C 3 147.600 148.960 C
C 4 146.800 147.570 C
C 5 108.100 108.010 CH 6.760 C 6, C 1, C 4, C 3
C 6 122.700 122.240 CH 6.750 C 7, C 5, C 2, C 1, C 4
C 7 65.300 75.920 CH 3.640 C 9, C 8, C 14, C 2, C
6, C 12, C 1, C 15
C 8 50.400 49.090 C
C 9 16.800 21.680 CH3 0.960 C 8, C 14, C 7, C 12, C
13, C 11
C 10 132.600 129.360 C
C 11 157.200 132.440 CH 7.000 C 16, C 8, C 12, C 10,
C 13, C 15
C 12 131.700 121.040 C
C 13 147.000 160.830 C
C 14 58.600 52.450 CH 3.360 C 9, C 8, C 7, C 12, C
10, C 13, C 15
C 15 197.200 197.350 C
C 16 33.000 35.440 CH2 2.910 C 18, C 10, C 17, C 11,
C 15
C 17 135.500 134.660 CH 5.820 C 16, C 18, C 10
C 18 116.700 116.910 CH2 5.080
C 18 116.700 116.910 CH2 5.060 C 16, C 10, C 17
C 19 101.100 101.270 CH2 5.940 C 4, C 3
C 20 59.200 59.030 CH3 3.820 C 13
Figure 4. Verification of structure 1.

Figure 4 shows that structure 1 is wrong, as it has large average and maximum deviations. Moreover, this structure contradicts Bredt’s rule and cannot exist due to its instability [1].

The MCD created from the data presented in Table 2 is shown below in Figure 5

Figure 5. MCD created from the data used for deducing structure 1.

Fuzzy Structure Generation was initiated with options selected automatically. Structure filtering was switched off as in the previous case. Results: k = 6, tg = 6 m 50 s, 4 (from 44) connectivities have been extended during generation. The ranked output file is shown in Figure 6.

Figure 6. The ranked output file.

We see that the two best structures #1 and #2 are similar and differ only by the positions of the OH and O-CH3 groups. The original structure 1 was placed in 5th position. We subsequently used the methodology suggested by authors of ref. [4]. On the basis of DFT-based 13C chemical shift prediction using the DU8+ approach, it was determined that structure #2 is the correct one with a Mean Average Error of 1.08 ppm. Structure #1 has a MAE value of 2.17 ppm.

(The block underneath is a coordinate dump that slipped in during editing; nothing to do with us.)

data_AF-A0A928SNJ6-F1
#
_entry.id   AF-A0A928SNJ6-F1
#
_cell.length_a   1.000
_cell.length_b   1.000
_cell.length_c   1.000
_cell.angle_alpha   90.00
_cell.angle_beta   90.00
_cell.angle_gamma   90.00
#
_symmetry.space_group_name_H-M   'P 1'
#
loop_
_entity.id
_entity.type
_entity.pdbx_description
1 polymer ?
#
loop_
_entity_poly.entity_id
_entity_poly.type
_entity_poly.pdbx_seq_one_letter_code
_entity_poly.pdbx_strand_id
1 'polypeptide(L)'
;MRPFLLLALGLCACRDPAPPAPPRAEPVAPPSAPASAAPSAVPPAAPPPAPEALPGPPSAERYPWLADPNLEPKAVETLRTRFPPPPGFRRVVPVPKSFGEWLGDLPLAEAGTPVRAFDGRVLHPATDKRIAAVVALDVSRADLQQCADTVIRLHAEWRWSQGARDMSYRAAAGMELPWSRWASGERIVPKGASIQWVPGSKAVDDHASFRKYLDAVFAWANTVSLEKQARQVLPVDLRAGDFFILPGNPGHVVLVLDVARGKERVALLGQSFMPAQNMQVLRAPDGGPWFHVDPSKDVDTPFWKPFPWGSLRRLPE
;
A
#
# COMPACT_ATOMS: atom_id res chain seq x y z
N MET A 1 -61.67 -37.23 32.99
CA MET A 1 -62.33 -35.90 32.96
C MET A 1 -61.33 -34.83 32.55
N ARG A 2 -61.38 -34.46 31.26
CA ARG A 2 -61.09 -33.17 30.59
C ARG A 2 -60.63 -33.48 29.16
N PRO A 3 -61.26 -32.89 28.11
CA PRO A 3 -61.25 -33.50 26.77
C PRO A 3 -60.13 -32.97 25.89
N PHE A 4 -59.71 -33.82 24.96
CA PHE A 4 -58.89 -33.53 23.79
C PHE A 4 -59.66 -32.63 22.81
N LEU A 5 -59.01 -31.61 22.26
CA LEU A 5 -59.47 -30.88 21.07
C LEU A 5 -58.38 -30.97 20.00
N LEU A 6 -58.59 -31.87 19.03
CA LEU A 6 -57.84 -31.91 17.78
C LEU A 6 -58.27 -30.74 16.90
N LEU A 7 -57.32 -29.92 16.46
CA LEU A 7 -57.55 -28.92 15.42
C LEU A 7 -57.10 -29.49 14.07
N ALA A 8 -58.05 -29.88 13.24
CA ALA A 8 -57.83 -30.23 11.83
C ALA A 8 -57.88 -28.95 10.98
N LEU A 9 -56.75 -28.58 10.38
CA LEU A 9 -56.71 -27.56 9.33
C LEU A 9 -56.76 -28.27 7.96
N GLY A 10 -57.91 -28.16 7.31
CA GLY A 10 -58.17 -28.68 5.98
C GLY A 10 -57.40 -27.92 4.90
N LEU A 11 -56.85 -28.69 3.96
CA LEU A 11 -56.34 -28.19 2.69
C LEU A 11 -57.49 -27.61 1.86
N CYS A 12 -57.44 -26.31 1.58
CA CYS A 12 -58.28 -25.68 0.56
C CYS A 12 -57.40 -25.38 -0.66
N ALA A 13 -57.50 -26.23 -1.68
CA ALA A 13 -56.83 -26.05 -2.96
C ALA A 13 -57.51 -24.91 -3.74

Thus, the correct structure of piperkadsin C was determined as a result of the combined application of CASE and DFT-based chemical shift prediction for the top structures of the ranked output file.

References

  1. Elyashberg, M.; Novitskiy, I. M.; Bates, R. W.; Kutateladze, A. G.; Williams, C. M. (2022). Reassignment of Improbable Natural Products Identified through Chemical Principle Screening. European Journal of Organic Chemistry, e202200572. https://doi.org/10.1002/ejoc.202200572
  2. K.H. Kim, J. W.Choi, S. K. Ha, S.Y. Kim, K. R. Lee. (2010). Neolignans from Piper kadsura and their anti-neuroinflammatory activity. Bioorganic & Medicinal Chemistry Letters, 20, 409–412.
  3. K.H. Kim, J. W.Choi, S. K. Ha, S.Y. Kim, K. R. Lee. (2010). Corrigendum to ‘‘Neolignans from Piper kadsura and their anti-neuroinflammatory activity”. Bioorganic & Medicinal Chemistry Letters, 20, 3186–3187.
  4. A. V. Buevich, M. E. Elyashberg. (2016). J. Nat. Prod., 79 (12), 3105–3116.